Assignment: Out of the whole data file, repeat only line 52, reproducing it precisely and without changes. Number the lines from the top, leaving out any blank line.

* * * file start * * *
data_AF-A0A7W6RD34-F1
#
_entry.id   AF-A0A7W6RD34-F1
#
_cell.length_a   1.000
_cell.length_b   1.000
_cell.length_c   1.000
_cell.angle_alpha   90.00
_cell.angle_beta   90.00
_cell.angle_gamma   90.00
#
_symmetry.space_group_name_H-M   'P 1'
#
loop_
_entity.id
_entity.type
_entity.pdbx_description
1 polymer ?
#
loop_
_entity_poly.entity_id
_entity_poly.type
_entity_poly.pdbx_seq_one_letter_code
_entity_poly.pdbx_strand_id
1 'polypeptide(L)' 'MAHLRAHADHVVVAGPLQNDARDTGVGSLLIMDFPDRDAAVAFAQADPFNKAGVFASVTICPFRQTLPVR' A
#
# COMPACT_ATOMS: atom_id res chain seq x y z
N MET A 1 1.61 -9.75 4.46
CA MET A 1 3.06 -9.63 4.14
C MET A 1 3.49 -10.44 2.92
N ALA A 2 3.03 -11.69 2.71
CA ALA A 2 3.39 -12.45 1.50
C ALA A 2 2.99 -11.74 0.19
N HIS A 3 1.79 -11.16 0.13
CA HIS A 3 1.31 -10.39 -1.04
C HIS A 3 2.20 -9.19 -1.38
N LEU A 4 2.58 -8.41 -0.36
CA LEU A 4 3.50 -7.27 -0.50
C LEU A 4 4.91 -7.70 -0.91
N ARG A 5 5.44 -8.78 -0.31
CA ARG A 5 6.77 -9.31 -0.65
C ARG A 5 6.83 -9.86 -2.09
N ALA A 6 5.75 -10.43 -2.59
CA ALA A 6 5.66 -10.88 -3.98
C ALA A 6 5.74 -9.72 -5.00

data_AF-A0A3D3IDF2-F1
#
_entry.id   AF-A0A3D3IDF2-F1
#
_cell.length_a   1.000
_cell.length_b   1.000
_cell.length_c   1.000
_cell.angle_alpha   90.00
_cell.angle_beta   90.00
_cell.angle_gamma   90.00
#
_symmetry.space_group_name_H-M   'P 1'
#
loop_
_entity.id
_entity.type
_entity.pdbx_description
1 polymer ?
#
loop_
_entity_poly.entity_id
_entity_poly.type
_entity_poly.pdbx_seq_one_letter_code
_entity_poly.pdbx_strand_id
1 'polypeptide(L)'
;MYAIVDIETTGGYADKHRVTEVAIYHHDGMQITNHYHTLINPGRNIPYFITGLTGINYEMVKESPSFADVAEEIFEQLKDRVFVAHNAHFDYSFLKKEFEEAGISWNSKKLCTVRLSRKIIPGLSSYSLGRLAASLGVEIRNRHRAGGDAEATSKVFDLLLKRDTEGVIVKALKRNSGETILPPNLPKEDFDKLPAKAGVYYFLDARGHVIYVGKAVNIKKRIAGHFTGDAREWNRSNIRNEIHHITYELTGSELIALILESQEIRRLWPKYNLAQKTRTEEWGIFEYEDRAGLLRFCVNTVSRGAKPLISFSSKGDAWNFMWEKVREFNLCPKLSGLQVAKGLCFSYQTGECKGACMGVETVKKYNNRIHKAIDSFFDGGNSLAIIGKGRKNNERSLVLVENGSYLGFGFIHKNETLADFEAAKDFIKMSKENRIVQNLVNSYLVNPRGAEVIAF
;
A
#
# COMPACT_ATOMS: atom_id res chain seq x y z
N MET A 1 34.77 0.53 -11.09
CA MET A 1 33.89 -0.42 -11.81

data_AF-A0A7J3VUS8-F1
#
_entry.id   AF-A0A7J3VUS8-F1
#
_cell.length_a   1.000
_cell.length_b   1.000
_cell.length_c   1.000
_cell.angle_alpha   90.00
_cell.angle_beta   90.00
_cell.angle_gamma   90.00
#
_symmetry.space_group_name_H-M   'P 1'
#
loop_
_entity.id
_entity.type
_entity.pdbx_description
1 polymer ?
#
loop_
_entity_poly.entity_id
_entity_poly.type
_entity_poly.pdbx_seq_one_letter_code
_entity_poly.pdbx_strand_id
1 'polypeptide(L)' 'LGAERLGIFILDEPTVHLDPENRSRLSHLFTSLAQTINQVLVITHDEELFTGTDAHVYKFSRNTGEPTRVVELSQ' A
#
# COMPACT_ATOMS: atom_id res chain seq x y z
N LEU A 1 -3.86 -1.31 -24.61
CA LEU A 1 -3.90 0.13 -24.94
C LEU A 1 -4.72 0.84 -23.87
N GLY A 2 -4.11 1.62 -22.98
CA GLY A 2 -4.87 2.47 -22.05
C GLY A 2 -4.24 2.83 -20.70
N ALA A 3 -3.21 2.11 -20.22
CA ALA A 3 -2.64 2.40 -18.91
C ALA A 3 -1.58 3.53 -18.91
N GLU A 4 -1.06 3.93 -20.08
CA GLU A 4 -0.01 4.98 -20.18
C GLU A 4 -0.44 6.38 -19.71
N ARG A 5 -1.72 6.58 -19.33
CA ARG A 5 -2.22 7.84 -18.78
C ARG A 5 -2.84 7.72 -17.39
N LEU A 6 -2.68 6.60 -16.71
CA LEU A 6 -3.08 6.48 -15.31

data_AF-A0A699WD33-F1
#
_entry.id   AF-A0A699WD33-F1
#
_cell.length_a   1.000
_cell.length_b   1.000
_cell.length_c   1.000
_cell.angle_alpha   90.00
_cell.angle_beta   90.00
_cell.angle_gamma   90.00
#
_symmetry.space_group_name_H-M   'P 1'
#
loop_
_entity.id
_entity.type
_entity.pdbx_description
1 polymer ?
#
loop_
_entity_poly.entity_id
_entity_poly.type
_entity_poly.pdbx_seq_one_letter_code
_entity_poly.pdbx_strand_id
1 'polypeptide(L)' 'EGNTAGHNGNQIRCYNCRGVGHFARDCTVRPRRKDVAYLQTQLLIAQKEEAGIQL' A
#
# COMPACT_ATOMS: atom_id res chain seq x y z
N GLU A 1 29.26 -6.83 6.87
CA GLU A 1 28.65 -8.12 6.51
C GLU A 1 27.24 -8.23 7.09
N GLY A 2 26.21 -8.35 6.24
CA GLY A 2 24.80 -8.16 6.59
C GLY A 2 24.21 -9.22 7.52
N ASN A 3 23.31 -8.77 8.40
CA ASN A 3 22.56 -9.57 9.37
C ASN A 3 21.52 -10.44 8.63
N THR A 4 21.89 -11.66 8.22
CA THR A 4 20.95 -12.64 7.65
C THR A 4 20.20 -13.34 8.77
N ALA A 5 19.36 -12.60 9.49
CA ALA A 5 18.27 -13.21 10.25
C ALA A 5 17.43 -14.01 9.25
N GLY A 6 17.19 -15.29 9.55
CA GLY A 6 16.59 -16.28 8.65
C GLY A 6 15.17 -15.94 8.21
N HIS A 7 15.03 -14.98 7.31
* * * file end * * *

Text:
_cell.length_c   1.000